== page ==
As part of the 2020 Dear Poet project, students around the country and the world wrote letters to Alberto Ríos in response to a video of him reading his poem “Nani” aloud. Alberto Ríos wrote letters back to eleven of these students; their letters and his replies are included below.
Alberto Ríos also wrote a response to all of the participants of this year's Dear Poet project.
Thank you all for participating in the Dear Poet project. Your questions and observations have been smart and eloquent. Everyone who took the time to respond to a poem participated in a fantastic conversation that adds meaningfully to the arts for all of us.
As poets, we love hearing what happens to our poems in the world. And the world today!
Wild days, I know. We all know. They are exhausting us all and scaring us too much, but we're moving forward—sometimes sadly, sometimes hopeful, sometimes patient, sometimes not. It's hard to know how to move. But through this all, there is still some magic left to be found.
I often ask people who the most powerful wizard in the Harry Potter universe is. We're all tempted to say Dumbledore, or Lord Voldemort, or Harry himself. But, in stepping back from this wonderfully imaginative world, we know those answers to be patently untrue. The most powerful wizard in all of this is the author of the books, J.K. Rowling.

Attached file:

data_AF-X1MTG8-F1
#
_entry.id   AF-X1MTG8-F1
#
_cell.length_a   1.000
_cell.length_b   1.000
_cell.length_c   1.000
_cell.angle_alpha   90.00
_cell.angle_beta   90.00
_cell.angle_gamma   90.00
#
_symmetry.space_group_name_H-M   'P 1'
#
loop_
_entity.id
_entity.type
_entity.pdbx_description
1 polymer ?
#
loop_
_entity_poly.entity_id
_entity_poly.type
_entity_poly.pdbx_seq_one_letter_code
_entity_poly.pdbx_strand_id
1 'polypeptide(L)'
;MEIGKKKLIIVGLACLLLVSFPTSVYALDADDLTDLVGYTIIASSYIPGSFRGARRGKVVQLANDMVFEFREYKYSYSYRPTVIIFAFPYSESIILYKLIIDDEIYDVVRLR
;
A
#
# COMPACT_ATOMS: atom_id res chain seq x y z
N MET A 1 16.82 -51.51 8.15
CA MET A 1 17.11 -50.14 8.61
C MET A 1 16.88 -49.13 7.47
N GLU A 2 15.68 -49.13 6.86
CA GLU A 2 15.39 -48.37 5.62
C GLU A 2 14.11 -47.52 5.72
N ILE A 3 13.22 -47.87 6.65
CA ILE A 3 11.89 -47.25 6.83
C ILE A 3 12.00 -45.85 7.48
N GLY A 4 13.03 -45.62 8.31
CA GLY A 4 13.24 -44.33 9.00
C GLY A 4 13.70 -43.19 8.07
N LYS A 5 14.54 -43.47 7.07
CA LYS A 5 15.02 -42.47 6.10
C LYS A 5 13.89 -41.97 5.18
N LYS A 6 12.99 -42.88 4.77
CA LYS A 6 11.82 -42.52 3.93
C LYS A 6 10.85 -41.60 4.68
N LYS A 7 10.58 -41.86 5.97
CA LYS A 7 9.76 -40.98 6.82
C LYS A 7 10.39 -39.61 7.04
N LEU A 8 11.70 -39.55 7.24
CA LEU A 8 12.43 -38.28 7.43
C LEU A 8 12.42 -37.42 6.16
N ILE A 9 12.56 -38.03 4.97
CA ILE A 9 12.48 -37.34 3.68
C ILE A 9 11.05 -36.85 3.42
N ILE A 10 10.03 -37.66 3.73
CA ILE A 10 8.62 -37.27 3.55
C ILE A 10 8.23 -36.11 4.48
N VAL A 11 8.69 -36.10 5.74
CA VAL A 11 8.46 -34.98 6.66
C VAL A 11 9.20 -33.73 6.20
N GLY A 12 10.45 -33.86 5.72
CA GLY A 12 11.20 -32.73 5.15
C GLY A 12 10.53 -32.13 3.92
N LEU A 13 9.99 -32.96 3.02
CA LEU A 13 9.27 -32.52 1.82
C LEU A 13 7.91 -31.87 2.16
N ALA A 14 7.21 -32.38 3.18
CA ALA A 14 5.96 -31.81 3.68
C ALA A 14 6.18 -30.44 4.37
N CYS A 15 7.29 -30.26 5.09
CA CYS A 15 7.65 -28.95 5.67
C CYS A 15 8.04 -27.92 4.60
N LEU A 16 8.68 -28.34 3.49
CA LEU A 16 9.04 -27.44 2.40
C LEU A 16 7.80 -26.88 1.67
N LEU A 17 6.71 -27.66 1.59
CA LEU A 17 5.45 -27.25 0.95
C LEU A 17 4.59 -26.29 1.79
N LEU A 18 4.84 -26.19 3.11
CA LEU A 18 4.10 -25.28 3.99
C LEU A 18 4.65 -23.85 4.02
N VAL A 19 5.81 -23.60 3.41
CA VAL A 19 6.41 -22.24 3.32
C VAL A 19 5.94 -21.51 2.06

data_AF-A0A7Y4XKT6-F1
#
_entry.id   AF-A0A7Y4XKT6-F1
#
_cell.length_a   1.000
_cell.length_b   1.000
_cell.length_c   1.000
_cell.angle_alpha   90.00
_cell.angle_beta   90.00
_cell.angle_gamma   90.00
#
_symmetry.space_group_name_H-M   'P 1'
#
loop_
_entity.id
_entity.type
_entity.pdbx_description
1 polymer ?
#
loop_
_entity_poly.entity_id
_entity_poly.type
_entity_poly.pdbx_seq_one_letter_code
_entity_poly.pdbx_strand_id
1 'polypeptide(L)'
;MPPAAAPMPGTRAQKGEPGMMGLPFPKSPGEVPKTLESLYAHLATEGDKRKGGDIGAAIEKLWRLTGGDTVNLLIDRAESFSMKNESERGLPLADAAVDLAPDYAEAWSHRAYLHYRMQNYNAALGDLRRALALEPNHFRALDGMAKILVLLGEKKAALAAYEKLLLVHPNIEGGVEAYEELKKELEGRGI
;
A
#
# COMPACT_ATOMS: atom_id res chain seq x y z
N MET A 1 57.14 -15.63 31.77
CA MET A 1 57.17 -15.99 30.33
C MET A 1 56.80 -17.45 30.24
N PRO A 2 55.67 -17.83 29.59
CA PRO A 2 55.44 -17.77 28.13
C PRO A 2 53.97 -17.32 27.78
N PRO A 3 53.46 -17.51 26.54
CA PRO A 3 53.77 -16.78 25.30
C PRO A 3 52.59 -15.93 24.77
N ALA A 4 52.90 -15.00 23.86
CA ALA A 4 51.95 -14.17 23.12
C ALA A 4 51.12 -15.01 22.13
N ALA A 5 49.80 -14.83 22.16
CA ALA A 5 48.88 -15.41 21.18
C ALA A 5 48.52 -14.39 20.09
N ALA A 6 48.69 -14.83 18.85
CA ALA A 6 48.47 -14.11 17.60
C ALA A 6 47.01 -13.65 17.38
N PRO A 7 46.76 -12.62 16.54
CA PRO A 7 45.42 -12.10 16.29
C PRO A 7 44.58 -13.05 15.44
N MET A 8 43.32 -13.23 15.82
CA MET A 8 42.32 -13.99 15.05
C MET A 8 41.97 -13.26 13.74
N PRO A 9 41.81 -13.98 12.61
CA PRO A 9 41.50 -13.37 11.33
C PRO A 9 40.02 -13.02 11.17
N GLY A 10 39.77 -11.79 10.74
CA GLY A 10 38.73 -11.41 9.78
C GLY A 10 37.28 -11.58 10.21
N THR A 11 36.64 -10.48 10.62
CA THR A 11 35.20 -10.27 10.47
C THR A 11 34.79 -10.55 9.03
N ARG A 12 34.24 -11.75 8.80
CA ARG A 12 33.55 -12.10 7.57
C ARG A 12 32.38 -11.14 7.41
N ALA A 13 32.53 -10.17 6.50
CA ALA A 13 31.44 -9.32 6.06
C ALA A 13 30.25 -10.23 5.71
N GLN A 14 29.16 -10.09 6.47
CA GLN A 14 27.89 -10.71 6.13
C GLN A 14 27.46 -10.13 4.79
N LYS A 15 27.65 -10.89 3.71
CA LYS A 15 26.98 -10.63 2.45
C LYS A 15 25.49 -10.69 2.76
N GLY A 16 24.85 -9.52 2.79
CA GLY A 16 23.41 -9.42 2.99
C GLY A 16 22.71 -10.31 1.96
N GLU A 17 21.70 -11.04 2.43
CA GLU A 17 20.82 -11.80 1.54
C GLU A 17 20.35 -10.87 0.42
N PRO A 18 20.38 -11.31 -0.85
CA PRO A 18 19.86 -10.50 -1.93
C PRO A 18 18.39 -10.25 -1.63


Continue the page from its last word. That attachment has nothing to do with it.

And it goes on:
The author is everything. Dracula is not powerful, ultimately; Bram Stoker is. Mr. Hyde is made powerful by Robert Louis Stevenson. Harry and the other wizards all cast spells with their magic wands, but the real magic wand is the pencil that belongs to J.K. Rowling.
For decades, everywhere I go I have said to young writers "every pencil is filled with a book." As it turns out, it's absolutely true. Sometimes what sounds like a metaphor, isn't. A regular #2 yellow pencil actually has enough lead to write about 45,000 words—a small novel. Every pencil is indeed filled with a book. Alternatively, a pencil could instead draw a line 35 miles long—if you wanted to. Whatever you choose, that small device is, at its heart, a magic wand, and we are the wizards in its debt.
J.K. Rowling's magic wand is her pencil, as potentially it is for each of us. There are 1,084,170 words in the entire Harry Potter series—that constitutes only a little more than the use of 24 pencils. The math is fanciful, perhaps, and she may have used a computer eventually, but the underlying fact of this metaphor remains clear.
This detail does not diminish the accomplishment, but rather amplifies the real wizardry implicit in it. And potentially, implicit in you.
Go on, go out—if not into the world yet, then onto the page. Write your words, read great books, think excellent thoughts. Nothing today can stop you.